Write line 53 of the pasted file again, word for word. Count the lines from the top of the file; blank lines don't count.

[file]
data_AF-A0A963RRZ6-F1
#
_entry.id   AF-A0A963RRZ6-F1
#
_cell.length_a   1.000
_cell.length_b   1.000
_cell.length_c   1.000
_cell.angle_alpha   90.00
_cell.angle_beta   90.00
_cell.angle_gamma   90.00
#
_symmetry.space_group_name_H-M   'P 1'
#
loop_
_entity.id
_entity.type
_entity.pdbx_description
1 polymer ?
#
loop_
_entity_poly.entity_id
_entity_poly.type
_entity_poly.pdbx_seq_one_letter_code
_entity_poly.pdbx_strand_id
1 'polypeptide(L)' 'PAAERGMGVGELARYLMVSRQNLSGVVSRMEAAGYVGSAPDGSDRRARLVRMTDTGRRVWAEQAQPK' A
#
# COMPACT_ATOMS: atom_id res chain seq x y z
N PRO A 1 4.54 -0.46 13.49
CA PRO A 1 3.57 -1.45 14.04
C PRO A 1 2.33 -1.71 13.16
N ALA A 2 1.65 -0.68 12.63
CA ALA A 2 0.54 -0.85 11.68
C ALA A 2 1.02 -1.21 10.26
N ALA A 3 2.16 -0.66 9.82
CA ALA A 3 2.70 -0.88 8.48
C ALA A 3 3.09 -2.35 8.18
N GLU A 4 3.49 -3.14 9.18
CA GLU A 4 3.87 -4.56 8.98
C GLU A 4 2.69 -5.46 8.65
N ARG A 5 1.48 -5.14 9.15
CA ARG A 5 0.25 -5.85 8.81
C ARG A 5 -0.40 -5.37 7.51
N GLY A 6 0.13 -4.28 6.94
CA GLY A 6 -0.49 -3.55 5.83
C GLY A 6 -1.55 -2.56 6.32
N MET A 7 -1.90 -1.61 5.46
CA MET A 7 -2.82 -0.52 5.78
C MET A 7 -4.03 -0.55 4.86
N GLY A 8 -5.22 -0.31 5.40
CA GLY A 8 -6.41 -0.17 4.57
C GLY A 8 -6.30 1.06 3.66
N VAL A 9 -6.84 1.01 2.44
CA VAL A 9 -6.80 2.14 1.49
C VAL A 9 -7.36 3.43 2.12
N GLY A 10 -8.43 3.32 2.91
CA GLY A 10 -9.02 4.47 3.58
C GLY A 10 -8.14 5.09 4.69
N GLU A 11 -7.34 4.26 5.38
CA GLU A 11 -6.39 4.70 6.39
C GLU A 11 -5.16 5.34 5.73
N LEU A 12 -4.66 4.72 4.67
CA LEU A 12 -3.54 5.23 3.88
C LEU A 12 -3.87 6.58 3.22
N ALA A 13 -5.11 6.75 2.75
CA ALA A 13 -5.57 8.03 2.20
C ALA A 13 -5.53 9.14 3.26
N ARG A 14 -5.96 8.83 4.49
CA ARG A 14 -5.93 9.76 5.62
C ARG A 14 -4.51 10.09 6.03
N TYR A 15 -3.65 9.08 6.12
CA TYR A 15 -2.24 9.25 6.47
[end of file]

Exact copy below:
CA VAL A 9 -6.80 2.14 1.49